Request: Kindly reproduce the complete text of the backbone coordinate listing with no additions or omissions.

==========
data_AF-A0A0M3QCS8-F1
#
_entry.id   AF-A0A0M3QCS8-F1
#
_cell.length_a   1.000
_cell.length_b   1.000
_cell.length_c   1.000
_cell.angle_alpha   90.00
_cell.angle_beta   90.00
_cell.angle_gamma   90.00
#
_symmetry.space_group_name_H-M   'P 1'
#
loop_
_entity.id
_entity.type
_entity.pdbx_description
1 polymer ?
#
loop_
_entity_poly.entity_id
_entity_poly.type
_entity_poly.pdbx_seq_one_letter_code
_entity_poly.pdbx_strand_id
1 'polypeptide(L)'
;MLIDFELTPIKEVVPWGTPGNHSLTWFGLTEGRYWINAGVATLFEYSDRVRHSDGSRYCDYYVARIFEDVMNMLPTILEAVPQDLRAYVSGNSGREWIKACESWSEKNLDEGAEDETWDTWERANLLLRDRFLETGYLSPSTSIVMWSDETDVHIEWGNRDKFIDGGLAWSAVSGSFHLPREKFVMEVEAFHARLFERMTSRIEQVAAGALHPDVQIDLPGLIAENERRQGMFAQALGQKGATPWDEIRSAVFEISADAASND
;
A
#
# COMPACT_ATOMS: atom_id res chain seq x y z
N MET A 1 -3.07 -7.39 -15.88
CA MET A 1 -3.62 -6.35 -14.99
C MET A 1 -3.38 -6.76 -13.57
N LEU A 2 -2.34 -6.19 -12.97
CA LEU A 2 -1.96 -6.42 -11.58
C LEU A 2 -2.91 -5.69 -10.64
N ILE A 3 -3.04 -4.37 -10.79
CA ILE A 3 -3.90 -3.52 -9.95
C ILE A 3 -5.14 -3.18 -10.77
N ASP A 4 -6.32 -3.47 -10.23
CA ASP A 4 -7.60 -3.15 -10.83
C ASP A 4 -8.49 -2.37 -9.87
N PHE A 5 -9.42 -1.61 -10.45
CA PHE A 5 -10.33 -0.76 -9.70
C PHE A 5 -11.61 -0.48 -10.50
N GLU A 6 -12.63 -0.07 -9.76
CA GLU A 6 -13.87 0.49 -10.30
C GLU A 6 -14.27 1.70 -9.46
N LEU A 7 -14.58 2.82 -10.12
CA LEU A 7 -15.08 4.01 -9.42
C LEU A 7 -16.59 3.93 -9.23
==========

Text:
data_AF-A0A0M3QCS8-F1
#
_entry.id   AF-A0A0M3QCS8-F1
#
_cell.length_a   1.000
_cell.length_b   1.000
_cell.length_c   1.000
_cell.angle_alpha   90.00
_cell.angle_beta   90.00
_cell.angle_gamma   90.00
#
_symmetry.space_group_name_H-M   'P 1'
#
loop_
_entity.id
_entity.type
_entity.pdbx_description
1 polymer ?
#
loop_
_entity_poly.entity_id
_entity_poly.type
_entity_poly.pdbx_seq_one_letter_code
_entity_poly.pdbx_strand_id
1 'polypeptide(L)'
;MLIDFELTPIKEVVPWGTPGNHSLTWFGLTEGRYWINAGVATLFEYSDRVRHSDGSRYCDYYVARIFEDVMNMLPTILEAVPQDLRAYVSGNSGREWIKACESWSEKNLDEGAEDETWDTWERANLLLRDRFLETGYLSPSTSIVMWSDETDVHIEWGNRDKFIDGGLAWSAVSGSFHLPREKFVMEVEAFHARLFERMTSRIEQVAAGALHPDVQIDLPGLIAENERRQGMFAQALGQKGATPWDEIRSAVFEISADAASND
;
A
#
# COMPACT_ATOMS: atom_id res chain seq x y z
N MET A 1 -3.07 -7.39 -15.88
CA MET A 1 -3.62 -6.35 -14.99
C MET A 1 -3.38 -6.76 -13.57
N LEU A 2 -2.34 -6.19 -12.97
CA LEU A 2 -1.96 -6.42 -11.58
C LEU A 2 -2.91 -5.69 -10.64
N ILE A 3 -3.04 -4.37 -10.79
CA ILE A 3 -3.90 -3.52 -9.95
C ILE A 3 -5.14 -3.18 -10.77
N ASP A 4 -6.32 -3.47 -10.23
CA ASP A 4 -7.60 -3.15 -10.83
C ASP A 4 -8.49 -2.37 -9.87
N PHE A 5 -9.42 -1.61 -10.45
CA PHE A 5 -10.33 -0.76 -9.70
C PHE A 5 -11.61 -0.48 -10.50
N GLU A 6 -12.63 -0.07 -9.76
CA GLU A 6 -13.87 0.49 -10.30
C GLU A 6 -14.27 1.70 -9.46
N LEU A 7 -14.58 2.82 -10.12
CA LEU A 7 -15.08 4.01 -9.42
C LEU A 7 -16.59 3.93 -9.23